One of the sweetest Jackfruits around is the Chirappuram Cluster Jack. Not only is it sweet, but the flesh is firm. The tree produces small uniform jackfruits in clusters. The fruits have a green exterior before ripening, and one can weigh 5.5 pounds. A cluster can have 6 to 8 jackfruits, and the tree produces fruits annually without a break.

Chirappuram Cluster Jack trees grow vigorously under the right conditions. It grows low and tends to spread, creating a canopy shape.


4. Golden Pillow Jackfruit

Large jack fruit and golden pillow durian with large spikes at market
Image Credit: Rickyd, Shutterstock
Tree Height: 8 to 10 ft
USDA Hardiness Zone: 9 through 11
No. of Fruits: 200 per year

Golden Pillow Jackfruit originates from Thailand. This is among the best Thai cultivars, which grows into a small manageable tree. Golden Pillow trees produce blocky jackfruits with a golden color and fleshy spines.

The spines tend to flatten and open up when the fruit matures ready for harvest. Inside, you find the beautiful golden color, thick, and crunchy flesh with a mild sweet flavor. One fruit can weigh between 6 to 8 pounds.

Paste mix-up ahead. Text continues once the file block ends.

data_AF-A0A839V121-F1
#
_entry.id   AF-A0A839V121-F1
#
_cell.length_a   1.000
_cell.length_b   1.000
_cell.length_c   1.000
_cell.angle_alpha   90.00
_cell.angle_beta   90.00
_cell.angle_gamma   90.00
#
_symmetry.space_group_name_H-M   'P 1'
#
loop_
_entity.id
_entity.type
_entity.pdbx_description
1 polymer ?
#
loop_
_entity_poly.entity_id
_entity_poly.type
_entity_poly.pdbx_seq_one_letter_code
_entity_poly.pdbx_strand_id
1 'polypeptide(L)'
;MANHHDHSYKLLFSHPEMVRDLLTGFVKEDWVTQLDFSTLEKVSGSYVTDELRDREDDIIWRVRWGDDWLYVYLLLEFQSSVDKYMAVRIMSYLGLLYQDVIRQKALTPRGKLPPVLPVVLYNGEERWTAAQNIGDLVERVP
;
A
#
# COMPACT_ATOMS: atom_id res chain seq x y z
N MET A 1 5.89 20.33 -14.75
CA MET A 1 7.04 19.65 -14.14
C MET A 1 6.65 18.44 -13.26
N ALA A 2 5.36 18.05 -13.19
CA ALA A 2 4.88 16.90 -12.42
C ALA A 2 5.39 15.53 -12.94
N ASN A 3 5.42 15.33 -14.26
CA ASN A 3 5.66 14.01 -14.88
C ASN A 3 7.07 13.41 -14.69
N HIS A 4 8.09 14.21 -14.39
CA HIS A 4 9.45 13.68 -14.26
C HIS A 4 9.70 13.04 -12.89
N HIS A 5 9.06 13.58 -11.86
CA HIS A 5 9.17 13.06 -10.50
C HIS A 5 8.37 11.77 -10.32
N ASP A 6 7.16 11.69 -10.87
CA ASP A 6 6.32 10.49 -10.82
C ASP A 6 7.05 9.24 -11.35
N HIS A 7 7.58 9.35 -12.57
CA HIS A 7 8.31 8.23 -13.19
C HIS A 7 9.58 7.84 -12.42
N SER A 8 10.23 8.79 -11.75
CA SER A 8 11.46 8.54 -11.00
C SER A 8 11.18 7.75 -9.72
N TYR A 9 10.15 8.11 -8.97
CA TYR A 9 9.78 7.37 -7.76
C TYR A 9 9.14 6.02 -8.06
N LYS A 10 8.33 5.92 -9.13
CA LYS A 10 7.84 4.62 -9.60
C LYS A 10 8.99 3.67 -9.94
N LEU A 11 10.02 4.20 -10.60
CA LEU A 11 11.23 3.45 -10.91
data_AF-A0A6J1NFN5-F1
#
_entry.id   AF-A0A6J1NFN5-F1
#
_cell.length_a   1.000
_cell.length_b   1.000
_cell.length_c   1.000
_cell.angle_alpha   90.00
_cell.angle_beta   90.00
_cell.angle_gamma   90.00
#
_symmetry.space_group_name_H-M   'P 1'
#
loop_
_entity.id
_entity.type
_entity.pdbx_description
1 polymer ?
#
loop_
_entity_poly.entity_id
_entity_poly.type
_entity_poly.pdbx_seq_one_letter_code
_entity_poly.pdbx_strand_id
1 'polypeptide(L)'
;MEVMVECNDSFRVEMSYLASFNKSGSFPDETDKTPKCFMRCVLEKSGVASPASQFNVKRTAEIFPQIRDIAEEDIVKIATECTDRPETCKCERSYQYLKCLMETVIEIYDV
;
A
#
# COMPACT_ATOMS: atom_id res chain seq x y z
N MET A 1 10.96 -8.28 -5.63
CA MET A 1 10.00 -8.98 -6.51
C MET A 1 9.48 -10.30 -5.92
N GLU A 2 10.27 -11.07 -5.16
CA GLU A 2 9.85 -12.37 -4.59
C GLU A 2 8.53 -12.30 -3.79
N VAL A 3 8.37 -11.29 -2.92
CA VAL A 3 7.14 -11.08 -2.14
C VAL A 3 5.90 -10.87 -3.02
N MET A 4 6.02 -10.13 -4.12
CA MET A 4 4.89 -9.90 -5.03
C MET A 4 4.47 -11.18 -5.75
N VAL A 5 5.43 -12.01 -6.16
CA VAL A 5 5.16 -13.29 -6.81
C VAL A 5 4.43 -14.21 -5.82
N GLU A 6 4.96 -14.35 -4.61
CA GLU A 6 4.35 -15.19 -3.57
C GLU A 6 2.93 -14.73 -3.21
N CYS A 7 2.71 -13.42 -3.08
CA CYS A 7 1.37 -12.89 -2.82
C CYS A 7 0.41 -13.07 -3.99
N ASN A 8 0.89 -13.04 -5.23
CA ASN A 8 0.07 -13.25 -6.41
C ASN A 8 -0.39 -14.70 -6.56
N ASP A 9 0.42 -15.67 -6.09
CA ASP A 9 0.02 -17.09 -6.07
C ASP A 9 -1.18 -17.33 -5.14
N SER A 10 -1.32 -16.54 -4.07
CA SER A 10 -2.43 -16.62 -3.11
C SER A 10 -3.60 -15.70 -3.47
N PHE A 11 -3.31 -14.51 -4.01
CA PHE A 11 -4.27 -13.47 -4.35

5. Cochin Jackfruit

Cochin Jackfruit
Image Credit: rajesh-s-balouria, Pexels
Tree Height: 2 to 4 ft
USDA Hardiness Zone: 9 through 11
No. of Fruits: 80 to 130 per year

Cochin Jackfruit is a slow-growing tree native to Australia. It grows upright, with its leaves forming a short and sparse canopy. It produces small fruits with soft spines that tend to flatten and open when the fruit matures.

One fruit can weigh an average of 3 pounds with 35% edible flesh. It’s possible to eat the entire fruit but timing is everything. It’s only possible to do so at a specific time of the year when even the rag is edible.


6. NSI Jackfruit

Tree Height: 26 to 49 ft
USDA Hardiness Zone: 9 through 11
No. of Fruits: 100 to 200 per year

NSI Jackfruit originates from Malaysia. The tree falls in the dwarf category and grows well in a pot. It produces small and blocky jackfruits with green skin and fleshy spikes. Some places like Hawaii and Mexico cultivate the NSI Jackfruit as a commercial crop.

The fruit’s spikes flattes and open when the fruit is ripe. Inside, you find sweet and flavor-rich flesh. A fruit can weigh between 8 to 10 pounds. However, under the right growing conditions, the size can increase.


7. Kun Wi Chen Jackfruit

Tree Height: 25 to 35 ft
USDA Hardiness Zone: 9 through 11